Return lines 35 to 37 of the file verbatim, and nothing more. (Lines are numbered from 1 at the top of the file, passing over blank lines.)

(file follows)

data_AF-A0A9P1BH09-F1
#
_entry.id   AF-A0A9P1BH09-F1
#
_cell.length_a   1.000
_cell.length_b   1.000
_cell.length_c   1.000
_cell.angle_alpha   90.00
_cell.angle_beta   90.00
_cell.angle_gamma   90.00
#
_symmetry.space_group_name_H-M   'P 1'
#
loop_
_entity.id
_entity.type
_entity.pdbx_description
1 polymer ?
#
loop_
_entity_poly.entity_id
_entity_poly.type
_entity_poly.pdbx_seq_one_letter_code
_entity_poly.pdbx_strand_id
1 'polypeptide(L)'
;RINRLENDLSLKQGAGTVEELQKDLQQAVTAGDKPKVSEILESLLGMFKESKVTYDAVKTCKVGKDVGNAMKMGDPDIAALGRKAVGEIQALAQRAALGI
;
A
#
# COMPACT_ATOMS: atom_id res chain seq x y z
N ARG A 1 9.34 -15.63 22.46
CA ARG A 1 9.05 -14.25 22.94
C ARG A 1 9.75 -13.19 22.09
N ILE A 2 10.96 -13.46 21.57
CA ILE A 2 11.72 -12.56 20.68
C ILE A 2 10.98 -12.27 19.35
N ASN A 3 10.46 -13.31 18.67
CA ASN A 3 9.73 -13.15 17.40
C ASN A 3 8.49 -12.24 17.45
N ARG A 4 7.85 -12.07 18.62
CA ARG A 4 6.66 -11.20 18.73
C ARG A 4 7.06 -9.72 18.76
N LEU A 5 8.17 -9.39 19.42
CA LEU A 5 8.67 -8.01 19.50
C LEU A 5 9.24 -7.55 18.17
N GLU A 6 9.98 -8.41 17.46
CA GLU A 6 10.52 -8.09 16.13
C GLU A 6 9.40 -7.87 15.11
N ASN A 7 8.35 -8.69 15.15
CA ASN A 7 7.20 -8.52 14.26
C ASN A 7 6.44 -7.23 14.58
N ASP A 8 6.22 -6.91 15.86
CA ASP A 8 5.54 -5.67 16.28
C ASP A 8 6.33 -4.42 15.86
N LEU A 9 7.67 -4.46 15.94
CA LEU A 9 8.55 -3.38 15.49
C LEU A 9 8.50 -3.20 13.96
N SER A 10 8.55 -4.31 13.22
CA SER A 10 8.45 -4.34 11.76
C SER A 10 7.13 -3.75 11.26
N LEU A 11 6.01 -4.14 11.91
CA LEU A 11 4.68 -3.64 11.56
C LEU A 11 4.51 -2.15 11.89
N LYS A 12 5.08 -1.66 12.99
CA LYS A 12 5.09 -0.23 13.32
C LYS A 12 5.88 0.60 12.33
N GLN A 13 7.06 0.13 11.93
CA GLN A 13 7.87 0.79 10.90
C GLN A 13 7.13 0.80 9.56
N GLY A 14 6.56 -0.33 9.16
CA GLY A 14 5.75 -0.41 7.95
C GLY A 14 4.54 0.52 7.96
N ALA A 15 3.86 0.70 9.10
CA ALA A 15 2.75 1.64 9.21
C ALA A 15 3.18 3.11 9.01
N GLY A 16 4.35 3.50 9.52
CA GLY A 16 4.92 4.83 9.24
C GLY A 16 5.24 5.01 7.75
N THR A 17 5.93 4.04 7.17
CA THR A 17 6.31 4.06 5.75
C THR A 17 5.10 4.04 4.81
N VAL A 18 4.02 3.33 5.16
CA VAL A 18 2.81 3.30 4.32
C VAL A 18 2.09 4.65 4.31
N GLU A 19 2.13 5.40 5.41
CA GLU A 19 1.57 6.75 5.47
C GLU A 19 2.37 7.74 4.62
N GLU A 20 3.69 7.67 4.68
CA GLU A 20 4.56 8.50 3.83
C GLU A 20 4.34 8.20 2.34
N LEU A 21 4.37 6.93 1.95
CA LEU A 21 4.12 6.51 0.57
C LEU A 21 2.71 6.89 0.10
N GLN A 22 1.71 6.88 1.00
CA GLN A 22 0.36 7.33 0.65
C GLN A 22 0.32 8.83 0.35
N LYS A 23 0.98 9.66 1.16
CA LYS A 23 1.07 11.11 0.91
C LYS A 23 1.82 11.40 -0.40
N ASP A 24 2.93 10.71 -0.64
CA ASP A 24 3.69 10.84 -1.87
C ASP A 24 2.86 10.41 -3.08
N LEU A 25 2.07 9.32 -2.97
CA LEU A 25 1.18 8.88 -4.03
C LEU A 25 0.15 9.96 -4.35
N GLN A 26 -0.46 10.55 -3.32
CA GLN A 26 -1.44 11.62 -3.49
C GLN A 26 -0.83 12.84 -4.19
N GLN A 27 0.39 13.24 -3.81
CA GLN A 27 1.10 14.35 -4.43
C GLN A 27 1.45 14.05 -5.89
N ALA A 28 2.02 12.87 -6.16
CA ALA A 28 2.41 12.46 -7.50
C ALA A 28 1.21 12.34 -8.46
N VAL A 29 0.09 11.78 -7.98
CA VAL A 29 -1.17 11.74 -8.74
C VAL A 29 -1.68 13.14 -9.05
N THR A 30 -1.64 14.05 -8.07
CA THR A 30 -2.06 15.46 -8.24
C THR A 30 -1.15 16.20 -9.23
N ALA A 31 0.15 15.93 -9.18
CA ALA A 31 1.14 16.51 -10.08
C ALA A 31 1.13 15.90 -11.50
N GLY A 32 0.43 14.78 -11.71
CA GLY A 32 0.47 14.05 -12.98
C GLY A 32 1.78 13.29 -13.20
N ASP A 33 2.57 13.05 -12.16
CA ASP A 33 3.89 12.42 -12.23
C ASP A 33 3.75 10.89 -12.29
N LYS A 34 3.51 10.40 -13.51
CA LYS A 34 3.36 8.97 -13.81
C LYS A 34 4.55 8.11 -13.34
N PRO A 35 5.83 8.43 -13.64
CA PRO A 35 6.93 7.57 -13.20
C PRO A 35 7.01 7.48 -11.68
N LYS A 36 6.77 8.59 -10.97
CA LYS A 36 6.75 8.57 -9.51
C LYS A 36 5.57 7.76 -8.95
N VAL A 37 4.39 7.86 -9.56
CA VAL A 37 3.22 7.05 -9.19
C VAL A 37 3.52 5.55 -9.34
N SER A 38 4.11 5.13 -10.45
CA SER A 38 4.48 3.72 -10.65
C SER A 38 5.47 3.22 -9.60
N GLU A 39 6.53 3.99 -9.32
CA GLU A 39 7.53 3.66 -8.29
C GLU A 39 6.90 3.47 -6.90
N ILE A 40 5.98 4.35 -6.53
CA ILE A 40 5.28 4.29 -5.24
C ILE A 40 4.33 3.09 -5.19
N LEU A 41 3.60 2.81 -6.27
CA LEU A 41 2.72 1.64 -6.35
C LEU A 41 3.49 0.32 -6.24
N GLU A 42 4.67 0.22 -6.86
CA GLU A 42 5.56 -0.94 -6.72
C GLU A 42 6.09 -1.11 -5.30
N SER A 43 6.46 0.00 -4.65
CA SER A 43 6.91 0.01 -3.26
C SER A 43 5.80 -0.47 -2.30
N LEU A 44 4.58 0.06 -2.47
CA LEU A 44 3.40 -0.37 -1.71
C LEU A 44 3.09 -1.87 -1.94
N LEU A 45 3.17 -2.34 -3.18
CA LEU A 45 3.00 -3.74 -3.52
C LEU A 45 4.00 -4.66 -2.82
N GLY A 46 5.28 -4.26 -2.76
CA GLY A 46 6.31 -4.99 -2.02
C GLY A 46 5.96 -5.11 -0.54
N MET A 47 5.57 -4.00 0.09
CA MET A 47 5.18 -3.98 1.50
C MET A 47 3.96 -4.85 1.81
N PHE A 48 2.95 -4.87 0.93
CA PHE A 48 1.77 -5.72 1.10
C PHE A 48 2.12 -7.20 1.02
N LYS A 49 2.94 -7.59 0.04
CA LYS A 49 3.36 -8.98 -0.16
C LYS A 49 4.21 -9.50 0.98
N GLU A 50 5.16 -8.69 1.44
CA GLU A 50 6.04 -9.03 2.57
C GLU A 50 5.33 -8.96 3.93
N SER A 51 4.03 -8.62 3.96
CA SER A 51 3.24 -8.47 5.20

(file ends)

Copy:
CA ILE A 2 11.72 -12.56 20.68
C ILE A 2 10.98 -12.27 19.35
N ASN A 3 10.46 -13.31 18.67